The AutoMap library - how to use the power!
Posted by Jason Poitras on 25 November 2006 11:36 AM
This powerful tool is poorly understood so I have tried to give some better direction so everyone can take advantage of this command in their daily work.
In general, the AutoMAP routine allows you to take a series of points that have description codes on them and perform several tasks to the points. You can move the descriptions, points, elevations and point numbers to a layer of a given name. The name of this layer by default is set to be the same as the description. This can be changed if desired. You can also place on symbols of your choice on each point, again based upon the description. The last major item is the ability to draw linework between points of similar description, in 2D or 3D, Lines or Polylines.
This sounds great - right? But the question on every ones mind is, "How do I wade through all of this to get what I need"?
The AutoMAP Editor command can be found in two locations:
1) Under the MicroSurvey menu -> AutoMAP System -> AutoMAP Library.
2) On the Option Bar. (as shown below)
Below is the opening dialogue box which is the first thing you see when you run this command, so let us start there.
The list of descriptions shown on the left is only an example and should not be used in your work, however it does help show you how things could be set.‚
When you start a new job, and this is the first time in this command there are several steps to do to be able to use this command with your work.
First we need to eliminate the sample list of descriptions and load in your descriptions. To do this you should hit the New Library button. This will blank the list on the left. Next hit the Scan Dbase button. This will scan your entire job and read in the descriptions you have used, displaying them on the left. Now that we have your descriptions we can edit the options for each description and save the work. I will come back to the editing portion in a minute but right now I want to show you how to save your library.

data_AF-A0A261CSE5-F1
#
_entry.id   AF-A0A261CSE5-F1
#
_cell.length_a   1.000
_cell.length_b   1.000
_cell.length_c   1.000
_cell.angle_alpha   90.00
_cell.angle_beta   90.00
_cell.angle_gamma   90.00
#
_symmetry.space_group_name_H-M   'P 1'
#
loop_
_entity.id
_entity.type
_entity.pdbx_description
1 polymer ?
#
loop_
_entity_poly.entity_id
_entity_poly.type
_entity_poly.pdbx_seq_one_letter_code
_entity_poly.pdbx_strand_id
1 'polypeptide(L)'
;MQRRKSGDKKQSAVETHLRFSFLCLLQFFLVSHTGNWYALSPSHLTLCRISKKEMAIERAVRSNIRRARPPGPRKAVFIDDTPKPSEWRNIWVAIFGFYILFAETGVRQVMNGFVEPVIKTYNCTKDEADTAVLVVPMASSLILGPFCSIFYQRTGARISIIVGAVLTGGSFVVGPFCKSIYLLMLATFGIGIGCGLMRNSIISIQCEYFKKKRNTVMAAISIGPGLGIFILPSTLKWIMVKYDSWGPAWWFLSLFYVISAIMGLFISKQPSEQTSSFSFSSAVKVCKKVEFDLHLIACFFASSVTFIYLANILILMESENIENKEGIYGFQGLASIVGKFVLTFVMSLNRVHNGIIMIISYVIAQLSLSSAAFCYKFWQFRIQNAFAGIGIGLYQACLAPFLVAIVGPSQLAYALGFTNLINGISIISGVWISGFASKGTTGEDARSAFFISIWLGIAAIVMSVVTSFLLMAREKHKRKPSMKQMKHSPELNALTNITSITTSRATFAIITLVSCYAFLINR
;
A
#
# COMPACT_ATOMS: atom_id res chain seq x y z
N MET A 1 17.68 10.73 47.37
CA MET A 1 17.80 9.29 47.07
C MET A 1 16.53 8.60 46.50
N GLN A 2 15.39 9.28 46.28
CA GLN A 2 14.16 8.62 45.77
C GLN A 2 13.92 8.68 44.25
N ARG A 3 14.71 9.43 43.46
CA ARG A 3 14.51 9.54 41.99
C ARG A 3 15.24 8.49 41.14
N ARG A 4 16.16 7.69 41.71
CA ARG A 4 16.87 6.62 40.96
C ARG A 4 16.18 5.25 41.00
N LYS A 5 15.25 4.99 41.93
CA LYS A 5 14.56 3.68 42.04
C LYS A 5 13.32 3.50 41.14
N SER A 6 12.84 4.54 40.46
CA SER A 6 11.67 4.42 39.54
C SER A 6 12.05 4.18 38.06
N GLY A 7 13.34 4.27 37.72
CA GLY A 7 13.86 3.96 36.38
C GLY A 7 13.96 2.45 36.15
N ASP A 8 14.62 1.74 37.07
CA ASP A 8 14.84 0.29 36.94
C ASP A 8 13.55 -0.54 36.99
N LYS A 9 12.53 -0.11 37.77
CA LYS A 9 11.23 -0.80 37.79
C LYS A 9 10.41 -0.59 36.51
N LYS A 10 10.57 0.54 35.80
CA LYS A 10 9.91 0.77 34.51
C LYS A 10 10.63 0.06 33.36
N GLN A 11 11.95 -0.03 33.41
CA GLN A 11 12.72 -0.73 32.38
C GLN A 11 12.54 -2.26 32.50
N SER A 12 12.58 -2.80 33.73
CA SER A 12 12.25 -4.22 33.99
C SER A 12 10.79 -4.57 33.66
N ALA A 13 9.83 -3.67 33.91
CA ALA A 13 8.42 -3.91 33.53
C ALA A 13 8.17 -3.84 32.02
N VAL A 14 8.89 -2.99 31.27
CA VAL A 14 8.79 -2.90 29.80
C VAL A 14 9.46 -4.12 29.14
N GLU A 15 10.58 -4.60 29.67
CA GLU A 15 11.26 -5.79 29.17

Hit the Save Library button and then you will be asked for the name of the library to save this as.
The default library that we ship with the program is called MSCAD.CSV so you may wish to overwrite this file or save it under a different name. (MSCAD always loads by default, the MSCAD.CSV library file, when you start the program) Once saved, in a later session in another job, you can reload this library to use it in that job. To do this you would hit the Open Library button, after first clearing the list on the left by hitting the New Library button. If you do not hit the New Library button first then the library you are opening will append to the one listed on the left (which is actually a simple way to build up a large list of descriptions as time goes on).
You now know how to create your own list of descriptions, save it as a library and reopen it in a later job. Now that we have that out of the way we need to be able to edit the information in the library to make it useful to us.
Not every description in a job needs to be processed so we do give you the option of deleting a description. This allows you to shorten the list of descriptions that we need to edit. An example of a point you may not need to edit might be a simple ground shot. The description might be GROUND. We do not need any symbols or linework drawn for this description and we have decided to leave it on the layer it is currently on. This means that nothing needs to be done to this description so we don't need it in the list. To remove it from the list hit the Delete button and confirm the delete. Don't worry - your points have not been touched, only this list we are working with. You can select more than one description for deletion by holding down the Control key while picking the descriptions in the list.
If you need to manually add a description then hit the New button. If you need to rename a description due to typing or spelling errors, hit the Rename button.
Once you have the short list of descriptions that you wish to edit, you then select the first description in the list and hit the Edit button (or double pick on the description). You will edit each description in the same way described below.
1) The first description I will use is "BAR". This is what I entered in my data collector in the field when I recorded my shot.
On the final plot of the plan I want the words "Iron Bar" instead of simply "Bar" so under Plotted Description I enter it this way. If you use the additional routine "Legal Description Writer" then you can have the description "Bar" replaced in that routine by "Square Bar" if desired. So I have entered that where it says Legal Writer description. (Many States find the Legal Description Writer very handy. It is found under the MicroSurvey pulldown menu, and is a separate command sequence, not described here.) Next we need to tell the program what layer you want the Plotted Description to be placed on. The layer may be chosen from existing layers or can be a new layer name that you type in.